Monday, 9 April 2012

PEPCK-C Super Mice


The thought of a little mouse performing the equivalent of running up and down mountains for half a day if they were humans is overwhelming. How is this possible? Well, with genetic modification advancement this is very possible. Take a selection of standard mice, tweak their genetic code a little, complete several generations of selective breeding and amazingly, you too could have a pocket super mouse. Case Western Reserve University School of Medicine and Cleveland Clinic Foundation have undertaken this task to create super mice, and in 2007, “Overexpression of the Cytosolic Form of Phosphoenolpyruvate Carboxykinase (GTP) in Skeletal Muscle Repatterns Energy Metabolism in the Mouse” was released (Hakimi, et al, 2007).

Average mice have been genetically modified by Hakimi, aiming to understand the overexpression of the enzyme Phosphoenolpyruvate Carboxykinase in skeletal muscle and its effects (Appleyard, 2007). Phosphoenolpyruvate Carboxykinase is also referred to as PEPCK-C, which in unmodified animals is found in the liver. PEPCK-C is an enzyme used in the process of gluconeogenesis, part of metabolic functions in animals (Holyoak, 2006). In the study, six family lines of genetically modified mice were used. A segment of the alpha-skeletal actin gene was linked to the 1976-bc cDNA and finalised by the 3’ end of the bGH gene, allowing excess production of PEPCK-C enzyme within the mice (Hakimi, et al, 2007). Two family lines were most suitable for breeding the highest activity of PEPCK-C enzyme, after nine generations of crossbreeding, the perfect line of high PEPCK-C mice was created. This line produced approximately 9 units/g of PEPCK-C, as opposed to 1-3 units/g of PEPCK-C in control mice (Cool, 2007). The excess PEPCK-C allowed the mice to use fatty acids as an energy source during physical activity, whereas control mice use glycogen as the main source (Chen, 2007).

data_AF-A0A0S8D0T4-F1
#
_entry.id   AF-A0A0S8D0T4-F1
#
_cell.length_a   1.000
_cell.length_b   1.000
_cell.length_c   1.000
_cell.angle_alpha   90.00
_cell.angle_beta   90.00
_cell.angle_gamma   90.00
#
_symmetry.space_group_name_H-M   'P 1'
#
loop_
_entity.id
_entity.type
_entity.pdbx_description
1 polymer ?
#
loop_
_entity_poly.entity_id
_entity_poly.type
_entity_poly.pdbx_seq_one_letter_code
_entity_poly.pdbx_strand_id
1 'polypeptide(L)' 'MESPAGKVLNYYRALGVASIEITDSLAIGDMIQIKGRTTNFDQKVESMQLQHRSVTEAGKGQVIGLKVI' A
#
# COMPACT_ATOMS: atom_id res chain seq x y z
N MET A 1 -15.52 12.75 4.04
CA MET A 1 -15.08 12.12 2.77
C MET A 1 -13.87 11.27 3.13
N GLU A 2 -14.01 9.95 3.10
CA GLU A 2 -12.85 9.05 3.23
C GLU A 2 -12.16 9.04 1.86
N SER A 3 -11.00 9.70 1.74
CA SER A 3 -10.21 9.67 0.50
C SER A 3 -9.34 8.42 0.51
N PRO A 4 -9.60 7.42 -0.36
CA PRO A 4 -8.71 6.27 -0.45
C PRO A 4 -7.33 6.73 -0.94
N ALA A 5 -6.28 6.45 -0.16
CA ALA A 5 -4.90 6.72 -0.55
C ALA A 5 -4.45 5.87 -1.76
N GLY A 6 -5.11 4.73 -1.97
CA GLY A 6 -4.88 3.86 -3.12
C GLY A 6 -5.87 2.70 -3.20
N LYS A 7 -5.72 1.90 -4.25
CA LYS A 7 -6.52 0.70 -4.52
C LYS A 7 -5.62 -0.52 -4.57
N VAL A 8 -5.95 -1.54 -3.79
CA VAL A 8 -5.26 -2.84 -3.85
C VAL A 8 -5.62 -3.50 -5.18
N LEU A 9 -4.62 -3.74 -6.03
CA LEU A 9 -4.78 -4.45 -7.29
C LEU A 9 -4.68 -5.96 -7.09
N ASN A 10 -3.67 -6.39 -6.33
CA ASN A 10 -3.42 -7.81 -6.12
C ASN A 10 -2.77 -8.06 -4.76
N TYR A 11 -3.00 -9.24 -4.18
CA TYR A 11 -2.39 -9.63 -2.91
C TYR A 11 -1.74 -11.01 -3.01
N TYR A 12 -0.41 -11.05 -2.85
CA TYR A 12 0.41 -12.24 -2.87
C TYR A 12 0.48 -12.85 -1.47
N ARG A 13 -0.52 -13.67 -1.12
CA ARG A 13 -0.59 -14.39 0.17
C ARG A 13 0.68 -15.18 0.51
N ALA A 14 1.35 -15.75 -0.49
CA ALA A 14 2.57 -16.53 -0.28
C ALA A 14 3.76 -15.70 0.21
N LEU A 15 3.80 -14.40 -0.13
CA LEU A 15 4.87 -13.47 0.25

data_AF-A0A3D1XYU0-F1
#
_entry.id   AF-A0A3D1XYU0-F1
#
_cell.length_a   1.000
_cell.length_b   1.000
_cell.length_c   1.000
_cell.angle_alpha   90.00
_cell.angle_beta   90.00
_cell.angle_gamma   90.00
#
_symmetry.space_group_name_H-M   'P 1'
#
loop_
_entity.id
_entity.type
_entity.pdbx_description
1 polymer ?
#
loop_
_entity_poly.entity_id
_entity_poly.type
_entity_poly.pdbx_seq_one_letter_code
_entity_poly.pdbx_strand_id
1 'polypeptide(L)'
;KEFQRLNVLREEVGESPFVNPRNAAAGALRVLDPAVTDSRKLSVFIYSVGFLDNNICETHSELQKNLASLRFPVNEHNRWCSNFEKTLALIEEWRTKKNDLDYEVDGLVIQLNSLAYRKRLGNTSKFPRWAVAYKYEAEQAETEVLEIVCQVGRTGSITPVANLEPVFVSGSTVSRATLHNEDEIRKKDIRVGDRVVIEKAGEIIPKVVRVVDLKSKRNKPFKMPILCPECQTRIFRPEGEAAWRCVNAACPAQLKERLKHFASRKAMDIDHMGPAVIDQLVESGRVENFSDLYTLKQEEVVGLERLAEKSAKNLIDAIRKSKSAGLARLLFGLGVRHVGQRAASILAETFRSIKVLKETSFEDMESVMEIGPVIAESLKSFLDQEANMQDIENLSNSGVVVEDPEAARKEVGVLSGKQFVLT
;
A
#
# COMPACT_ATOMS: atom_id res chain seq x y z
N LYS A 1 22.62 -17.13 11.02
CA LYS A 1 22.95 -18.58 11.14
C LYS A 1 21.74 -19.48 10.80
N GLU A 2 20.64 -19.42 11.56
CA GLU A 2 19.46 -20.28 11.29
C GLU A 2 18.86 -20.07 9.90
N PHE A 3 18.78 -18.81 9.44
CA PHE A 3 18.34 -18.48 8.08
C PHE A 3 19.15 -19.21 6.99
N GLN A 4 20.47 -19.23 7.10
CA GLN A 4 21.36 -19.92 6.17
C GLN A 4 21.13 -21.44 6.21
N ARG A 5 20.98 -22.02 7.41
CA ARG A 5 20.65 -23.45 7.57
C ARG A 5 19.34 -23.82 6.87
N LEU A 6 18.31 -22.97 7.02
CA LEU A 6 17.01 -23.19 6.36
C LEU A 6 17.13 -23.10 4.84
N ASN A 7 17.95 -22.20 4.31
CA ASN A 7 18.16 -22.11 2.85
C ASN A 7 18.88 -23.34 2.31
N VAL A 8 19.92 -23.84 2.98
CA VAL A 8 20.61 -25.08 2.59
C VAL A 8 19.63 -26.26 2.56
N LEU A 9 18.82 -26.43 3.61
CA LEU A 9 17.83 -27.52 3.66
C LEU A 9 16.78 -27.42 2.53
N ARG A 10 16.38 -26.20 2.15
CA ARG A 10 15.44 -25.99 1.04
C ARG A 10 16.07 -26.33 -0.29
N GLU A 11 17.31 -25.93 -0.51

Within their cages it was revealed that PEPCK-C mice were aggressive and continuously active, compared to controls. It was believed the mice could suffer from mental illnesses or disorders, but this was unapparent. Increased physical activity was measured by distance travelled, rearing frequency and velocity of the PEPCK-C mice compared to the controls. The greatest test for the mice was treadmill testing. Control mice were able to run up to 0.2km at 20m/min, where PEPCK-C mice were able to run up to 6km at 20m/min, a 30x increase (Hakimi, et al, 2007).

PEPCK-C mice had less weight and body fat, even after eating 60% more. Similar aged control mice had 2-3 times more body fat than genetically modified mice. The increase in metabolism was associated with a higher number of mitochondria in cells (Appleyard, 2007). Confirmed by electron microscopy (Hakimi, et al, 2007).

PEPCK-C has shown that with genetic modification many unnatural things are possible. This could lead to the advancement of drugs for humans, to improve health. Hanson (cited in Cool, 2007) believes the study method is unsuitable to be applied to humans, the ethical implications considered too great. This opens a whole new world into the advancement of genetics, which could affect humans in the future.

Video of PEPCK-C mice compared to controls – Treadmill Experiment:

Reference List

Appleyard, B, 2007, ‘Mighty Mouse – he’ll make champions of us all’,, viewed 20/3/2012, <>.

Chen, G 2007, ‘Liver lipid molecules induce PEPCK-C gene transcription and attenuate insulin action’, Biochemical and Biophysical Research Communications, vol. 361, pp. 805-810

Cool, H 2007, ‘Case Western Reserve Researchers Breed a Mighty Mouse’, Case Western Reserve University, viewed 18/03/2012, <>.

Hakimi, P, Yang, J, Casadesus, G, Massillon, D, Tolentino-Silva, F, Nye, C.K, Cabrera, M.E, Hagen, D.R, Utter, C.B, Baghdy, Y, Johnson, D.H, Wilson, D.L, Kirwan, J.P, Kalhan, S.C, and Hanson, R.W 2007 ‘Overexpression of the Cytosolic Form of Phosphoenolpyruvate Carboxykinase (GTP) in Skeletal Muscle Repatterns Energy Metabolism in the Mouse’, The Journal of Biological Chemistry, vol. 282, No. 45, pp. 32844-32855, DOI 10.1074/jbc.M706127200.

Holyoak, T, Sullivan, S.M, Nowak, T, 2006, ‘Structural Insights into the Mechanism of PEPCK Catalysis’, Biochemistry, vol. 45, pp. 8254-8263

McGraw-Hill Concise Dictionary of Modern Medicine, 2002, ‘Stereotypy’, viewed 19/03/2012,

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